for Religions sake: and sithen they haue bene in many countreis, by their confession, whiche I haue sente you: for the which I thoughte it good (for that they came from London, and that there might be more hadde of them, then I yet haue vnderstand) to sende them to you, whereby you and others of the King and Queenes Commissioners there, might trie them, so that their lewdnesse might be throughly knowen: for I thinke these haue caused many to trouble their consciences. So thys hath bene some let to me, wherefore I coulde not go about these matters expressed in your letters: but to morrow noone I entende by Gods grace to accomplish your letters, with as muche diligence as I may. And this the holy Trinitie haue you euer in his keeping, I beseeche you to be so good maister, to discharge these pore men that bring these prisonners vp assone as may be. And thus moste hartly farewel, from Raimesdon parke, the 12. day of Iune. 1555.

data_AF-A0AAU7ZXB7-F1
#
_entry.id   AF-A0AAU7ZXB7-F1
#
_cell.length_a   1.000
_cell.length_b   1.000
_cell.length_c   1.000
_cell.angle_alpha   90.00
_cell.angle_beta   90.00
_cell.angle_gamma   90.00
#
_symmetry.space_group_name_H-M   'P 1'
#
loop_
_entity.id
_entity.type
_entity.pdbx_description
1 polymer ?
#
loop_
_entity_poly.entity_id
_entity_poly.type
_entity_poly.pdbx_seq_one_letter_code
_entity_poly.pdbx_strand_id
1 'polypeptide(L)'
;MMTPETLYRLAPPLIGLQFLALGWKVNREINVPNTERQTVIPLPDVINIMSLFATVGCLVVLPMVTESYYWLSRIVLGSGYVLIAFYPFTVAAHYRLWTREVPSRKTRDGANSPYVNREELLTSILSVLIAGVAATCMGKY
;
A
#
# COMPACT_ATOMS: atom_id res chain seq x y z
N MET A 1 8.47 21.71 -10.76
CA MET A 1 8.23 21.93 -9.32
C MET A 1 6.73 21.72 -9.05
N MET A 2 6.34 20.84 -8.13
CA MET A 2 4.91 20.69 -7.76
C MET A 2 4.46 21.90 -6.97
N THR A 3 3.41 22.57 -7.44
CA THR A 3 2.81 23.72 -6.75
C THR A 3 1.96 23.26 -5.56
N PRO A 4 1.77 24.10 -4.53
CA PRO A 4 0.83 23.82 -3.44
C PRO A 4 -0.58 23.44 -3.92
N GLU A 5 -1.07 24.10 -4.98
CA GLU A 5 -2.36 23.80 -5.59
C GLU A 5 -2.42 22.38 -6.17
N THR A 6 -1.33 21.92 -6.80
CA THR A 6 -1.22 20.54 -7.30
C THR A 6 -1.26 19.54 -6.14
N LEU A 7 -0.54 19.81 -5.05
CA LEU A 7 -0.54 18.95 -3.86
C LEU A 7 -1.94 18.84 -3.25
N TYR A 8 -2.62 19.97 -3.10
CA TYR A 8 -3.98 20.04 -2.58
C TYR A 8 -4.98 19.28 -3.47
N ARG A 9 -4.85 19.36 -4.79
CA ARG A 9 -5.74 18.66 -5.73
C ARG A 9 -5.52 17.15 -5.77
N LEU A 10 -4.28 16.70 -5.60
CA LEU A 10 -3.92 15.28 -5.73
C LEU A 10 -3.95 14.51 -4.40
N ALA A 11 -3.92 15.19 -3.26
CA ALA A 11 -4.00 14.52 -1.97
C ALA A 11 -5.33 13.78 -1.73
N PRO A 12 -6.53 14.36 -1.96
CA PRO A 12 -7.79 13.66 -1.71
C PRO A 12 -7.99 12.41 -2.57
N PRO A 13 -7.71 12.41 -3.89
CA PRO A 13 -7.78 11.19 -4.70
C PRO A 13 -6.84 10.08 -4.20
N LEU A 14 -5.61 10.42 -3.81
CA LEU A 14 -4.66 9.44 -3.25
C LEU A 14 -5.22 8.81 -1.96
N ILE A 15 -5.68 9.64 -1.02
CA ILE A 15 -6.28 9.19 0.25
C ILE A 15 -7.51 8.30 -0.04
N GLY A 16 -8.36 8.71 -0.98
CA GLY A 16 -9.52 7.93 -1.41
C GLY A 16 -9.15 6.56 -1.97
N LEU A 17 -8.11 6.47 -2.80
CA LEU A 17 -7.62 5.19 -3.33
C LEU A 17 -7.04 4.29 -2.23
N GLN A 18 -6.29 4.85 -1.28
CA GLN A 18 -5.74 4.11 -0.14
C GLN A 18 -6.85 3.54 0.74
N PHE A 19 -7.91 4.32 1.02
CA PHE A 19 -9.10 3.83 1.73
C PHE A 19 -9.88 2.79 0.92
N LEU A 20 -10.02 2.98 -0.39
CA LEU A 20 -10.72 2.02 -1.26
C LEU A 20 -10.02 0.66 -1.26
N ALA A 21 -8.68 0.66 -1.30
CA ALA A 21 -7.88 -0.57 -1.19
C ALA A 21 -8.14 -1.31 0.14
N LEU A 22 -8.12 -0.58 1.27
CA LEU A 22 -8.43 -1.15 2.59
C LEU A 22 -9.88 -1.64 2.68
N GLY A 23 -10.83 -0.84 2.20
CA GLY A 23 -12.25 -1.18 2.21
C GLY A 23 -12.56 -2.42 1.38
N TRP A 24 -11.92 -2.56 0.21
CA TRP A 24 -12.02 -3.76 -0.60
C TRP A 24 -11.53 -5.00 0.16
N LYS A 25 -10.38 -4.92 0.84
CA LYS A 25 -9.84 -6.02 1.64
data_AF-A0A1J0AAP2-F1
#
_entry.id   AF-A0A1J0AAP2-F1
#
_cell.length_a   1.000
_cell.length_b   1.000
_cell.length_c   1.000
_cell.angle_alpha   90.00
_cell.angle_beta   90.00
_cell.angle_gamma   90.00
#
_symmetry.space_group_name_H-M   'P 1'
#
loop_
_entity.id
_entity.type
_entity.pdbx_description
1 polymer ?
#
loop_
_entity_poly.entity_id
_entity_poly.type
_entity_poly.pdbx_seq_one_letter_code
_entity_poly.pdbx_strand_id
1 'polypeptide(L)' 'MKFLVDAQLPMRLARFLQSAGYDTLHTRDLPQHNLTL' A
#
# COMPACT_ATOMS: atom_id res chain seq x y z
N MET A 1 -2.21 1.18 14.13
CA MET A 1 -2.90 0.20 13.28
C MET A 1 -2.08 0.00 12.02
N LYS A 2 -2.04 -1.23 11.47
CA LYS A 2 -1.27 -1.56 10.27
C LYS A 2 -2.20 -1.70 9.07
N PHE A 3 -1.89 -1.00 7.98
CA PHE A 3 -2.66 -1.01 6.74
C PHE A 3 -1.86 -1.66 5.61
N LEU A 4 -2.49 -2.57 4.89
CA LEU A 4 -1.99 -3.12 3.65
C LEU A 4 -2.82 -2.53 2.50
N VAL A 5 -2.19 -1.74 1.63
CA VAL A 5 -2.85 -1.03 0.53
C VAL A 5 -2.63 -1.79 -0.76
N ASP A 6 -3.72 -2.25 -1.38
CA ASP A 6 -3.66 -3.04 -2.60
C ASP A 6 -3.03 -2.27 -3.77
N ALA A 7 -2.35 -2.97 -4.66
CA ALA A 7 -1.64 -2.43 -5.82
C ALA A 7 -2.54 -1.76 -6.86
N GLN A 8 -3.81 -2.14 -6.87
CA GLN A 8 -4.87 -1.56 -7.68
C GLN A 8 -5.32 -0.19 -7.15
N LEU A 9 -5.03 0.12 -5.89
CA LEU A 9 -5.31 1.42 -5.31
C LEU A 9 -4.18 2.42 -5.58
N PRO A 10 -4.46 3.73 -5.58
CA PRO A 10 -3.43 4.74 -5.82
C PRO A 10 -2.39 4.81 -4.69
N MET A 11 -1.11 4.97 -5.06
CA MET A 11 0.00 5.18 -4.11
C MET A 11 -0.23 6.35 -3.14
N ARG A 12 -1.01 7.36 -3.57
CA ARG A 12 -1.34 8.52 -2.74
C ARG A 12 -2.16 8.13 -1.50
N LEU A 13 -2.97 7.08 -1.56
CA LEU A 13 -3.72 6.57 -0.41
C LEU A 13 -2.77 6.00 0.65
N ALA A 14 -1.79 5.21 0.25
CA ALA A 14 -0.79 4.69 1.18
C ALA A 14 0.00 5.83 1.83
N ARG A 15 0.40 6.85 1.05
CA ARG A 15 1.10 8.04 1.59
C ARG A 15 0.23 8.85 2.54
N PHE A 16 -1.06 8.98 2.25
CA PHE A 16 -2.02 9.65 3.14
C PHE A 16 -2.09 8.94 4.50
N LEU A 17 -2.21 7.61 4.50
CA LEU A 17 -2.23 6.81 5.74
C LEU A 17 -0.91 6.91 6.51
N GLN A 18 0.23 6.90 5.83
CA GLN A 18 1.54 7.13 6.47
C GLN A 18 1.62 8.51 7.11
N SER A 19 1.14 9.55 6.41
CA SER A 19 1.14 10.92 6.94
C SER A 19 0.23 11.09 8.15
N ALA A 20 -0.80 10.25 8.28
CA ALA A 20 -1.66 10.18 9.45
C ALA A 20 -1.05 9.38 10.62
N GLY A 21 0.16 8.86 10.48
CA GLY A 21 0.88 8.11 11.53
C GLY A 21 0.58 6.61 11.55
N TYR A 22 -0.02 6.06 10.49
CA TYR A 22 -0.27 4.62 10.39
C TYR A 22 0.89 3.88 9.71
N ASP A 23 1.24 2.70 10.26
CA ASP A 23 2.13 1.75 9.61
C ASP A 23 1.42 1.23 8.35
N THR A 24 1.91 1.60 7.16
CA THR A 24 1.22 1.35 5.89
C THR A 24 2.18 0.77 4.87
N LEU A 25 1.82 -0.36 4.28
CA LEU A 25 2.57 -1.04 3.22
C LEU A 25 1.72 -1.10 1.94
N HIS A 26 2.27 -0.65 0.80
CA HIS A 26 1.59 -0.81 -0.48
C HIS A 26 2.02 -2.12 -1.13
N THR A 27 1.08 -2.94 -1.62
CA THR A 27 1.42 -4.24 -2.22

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By your assured to commaund,
Edmund Tyrel.

For so much as in this letter mētion is made of a certaine wryting in paper founde about them of their Faith, what this wrytinge was, and what were the contentes of it, the copie thereof heere ensueth.

¶ Certayne notes collected and gathered oute of the Scriptures, by Iohn Denley Gentleman, with a confession of his faith, touching the Sacrament of Christes body & bloud, found about him ready wrytten, at his apprehension.

Christe is in the Sacrament, as hee is where two or three are gathered together in his name.

MarginaliaM. Denleys Notes touching matter of the Sacrament.THe difference of doctrine betweene the Faithfull & the Papistes concerning the Sacramente is: that the Papistes say, that Christ is corporally vnder or in the formes of bread and wine: but the faithfull say, that Christe is not there neither corporally, nor spiritually: but in them that worthely eate and drinke the breade and wine, he is spiritually, but not corporally.

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MarginaliaFiguratiuely, Spiritually, Really.For figuratiuely he is in the breade and wine, and spiritually hee is in them that woorthely eate and drynke the breade and wine: but really, carnally, and corporally he is onely in heauen, from whence hee shall come to iudge the quicke and the dead.

My